Diedre Pinkney directs the finance academy at Wolfson, which offers students paid internships as well as industry certification in Microsoft Office suite. About 70 percent of the academy’s total 120 students get some form of real-world work experience, she said.
“The whole premise behind this was to give the kids an opportunity to actually work and be in an environment that would be identical to what it would be in the actual workplace,” she said.
That’s the same premise behind other more recent partnership programs sprouting up in the district.
Last month, career academies at six schools—Ed White, Raines, Ribault, First Coast, Lee and Mandarin high schools—partnered with the JAX Chamber to begin a semester-long food truck project.
The students will spend the next few months creating a business model fit for a big-time investor, said Tina Wirth, senior director of workforce development with the Chamber.
“They are going to then deliver to members of the business community in May, sort of like a real-life shark tank, in hopes of securing funding for a food truck and some commercial storage space,” she said.
And next year, lens-manufacturer Vistakon—a long-time partner of Englewood High School—will launch a new program with the school’s Advanced Manufacturing Academy.
Vistakon has provided mentors and shadowing opportunities to the school since 2009, but next fall, the company is collaborating with the school for a new four-year program that will provide about 25 students with paid internships, an associate’s degree and industry certification.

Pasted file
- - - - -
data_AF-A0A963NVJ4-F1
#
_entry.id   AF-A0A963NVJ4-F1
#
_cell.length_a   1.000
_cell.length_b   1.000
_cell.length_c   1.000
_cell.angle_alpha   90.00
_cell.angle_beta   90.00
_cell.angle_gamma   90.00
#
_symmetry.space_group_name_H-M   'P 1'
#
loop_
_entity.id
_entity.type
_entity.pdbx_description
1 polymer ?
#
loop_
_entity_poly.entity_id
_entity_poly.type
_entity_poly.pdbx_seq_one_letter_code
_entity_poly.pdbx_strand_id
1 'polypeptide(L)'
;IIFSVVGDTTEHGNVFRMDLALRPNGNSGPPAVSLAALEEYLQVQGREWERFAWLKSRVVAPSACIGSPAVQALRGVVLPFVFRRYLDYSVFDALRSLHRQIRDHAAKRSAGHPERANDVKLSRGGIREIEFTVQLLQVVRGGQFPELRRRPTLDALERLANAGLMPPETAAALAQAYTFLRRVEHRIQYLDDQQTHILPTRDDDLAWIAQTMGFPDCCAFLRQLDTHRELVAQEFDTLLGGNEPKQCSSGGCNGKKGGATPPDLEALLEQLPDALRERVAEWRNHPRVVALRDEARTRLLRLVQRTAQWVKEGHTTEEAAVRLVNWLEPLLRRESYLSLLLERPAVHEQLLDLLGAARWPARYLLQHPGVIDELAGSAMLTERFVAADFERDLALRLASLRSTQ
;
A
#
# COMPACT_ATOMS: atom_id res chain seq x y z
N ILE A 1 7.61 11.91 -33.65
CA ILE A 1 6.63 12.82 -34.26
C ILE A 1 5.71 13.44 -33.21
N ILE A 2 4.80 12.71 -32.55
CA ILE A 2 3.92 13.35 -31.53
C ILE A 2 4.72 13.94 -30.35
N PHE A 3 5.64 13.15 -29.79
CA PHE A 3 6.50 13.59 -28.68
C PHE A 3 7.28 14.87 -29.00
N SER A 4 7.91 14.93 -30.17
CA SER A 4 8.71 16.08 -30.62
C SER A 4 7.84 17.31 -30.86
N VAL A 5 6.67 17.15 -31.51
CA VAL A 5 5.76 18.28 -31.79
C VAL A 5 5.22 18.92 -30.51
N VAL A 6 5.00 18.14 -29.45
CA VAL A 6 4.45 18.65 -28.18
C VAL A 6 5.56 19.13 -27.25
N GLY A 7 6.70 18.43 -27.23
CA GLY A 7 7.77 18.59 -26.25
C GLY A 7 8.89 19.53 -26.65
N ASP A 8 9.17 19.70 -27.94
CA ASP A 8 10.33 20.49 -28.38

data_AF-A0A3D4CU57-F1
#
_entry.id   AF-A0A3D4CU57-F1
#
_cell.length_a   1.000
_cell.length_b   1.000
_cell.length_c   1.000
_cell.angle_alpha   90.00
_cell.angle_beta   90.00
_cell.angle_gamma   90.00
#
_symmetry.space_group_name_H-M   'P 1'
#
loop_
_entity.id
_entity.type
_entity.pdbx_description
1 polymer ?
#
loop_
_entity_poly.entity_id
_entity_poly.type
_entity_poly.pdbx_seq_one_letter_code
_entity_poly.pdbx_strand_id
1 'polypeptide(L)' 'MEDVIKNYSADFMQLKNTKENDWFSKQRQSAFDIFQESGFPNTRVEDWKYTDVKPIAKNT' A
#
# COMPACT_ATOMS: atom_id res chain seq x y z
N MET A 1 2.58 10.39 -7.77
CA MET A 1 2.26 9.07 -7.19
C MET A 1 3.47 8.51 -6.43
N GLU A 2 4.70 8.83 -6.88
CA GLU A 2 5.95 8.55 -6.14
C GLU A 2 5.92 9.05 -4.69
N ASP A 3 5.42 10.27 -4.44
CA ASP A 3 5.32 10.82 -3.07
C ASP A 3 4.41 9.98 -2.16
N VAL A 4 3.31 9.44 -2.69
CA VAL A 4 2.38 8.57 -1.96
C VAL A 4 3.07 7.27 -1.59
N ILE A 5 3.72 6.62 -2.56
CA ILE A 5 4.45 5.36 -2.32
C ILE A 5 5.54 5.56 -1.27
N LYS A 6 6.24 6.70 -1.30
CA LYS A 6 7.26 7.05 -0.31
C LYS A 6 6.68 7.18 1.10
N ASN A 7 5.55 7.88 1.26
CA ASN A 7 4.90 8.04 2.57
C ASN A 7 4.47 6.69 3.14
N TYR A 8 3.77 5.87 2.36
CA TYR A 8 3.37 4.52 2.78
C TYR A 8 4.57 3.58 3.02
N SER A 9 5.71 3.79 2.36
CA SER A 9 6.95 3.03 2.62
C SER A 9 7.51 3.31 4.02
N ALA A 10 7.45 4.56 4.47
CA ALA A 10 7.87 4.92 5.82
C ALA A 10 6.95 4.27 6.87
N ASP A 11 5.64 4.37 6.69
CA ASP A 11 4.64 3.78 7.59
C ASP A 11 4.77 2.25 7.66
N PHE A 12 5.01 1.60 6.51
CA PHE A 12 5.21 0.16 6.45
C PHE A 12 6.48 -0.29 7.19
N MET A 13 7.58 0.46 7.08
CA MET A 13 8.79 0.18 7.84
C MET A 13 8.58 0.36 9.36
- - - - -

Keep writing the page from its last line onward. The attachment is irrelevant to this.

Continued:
“[It’s] a fairly new concept because it includes the dual-enrollment classes, those acceleration courses, that rigorous course work along with some industry certification courses leading towards a high-paying job in the field of advanced manufacturing,” Wright said.
Wright said starting salaries at the company can range from $60,000 to $90,000 a year.
In general, it’s the companies such as Vistakon and VyStar that foot the bills associated with the programs, according to the district’s Chief of Accountability and Assessment Andrew Post.
However, the district's recent partnership with JAX Chamber is the exception and district will pay $90,000 out of a Perkins grant to fund the program, Post said.
For businesses like Vistakon and VyStar, there is something in it for them: freshly trained and specially skilled young workers right in their very own backyard.
“It’s the opportunity to train their future workforce and a huge pipeline of new talent,” said Trey Csar, director of Jacksonville Public Education Fund. “And for the students, they get to learn very tangible skills with a real market value and then to apply those both in the school as well as in the community.”
Wolfson 11th-grader Tatyana plans to apply the skills she’s acquired to her future.
She wants to study international business at the University of North Florida. The past two years have given her a leg up, she said.
“This is a real job,” she said. “We do real things. I mean, I feel prepared.”
You can follow Rhema Thompson on Twitter @RhemaThompson.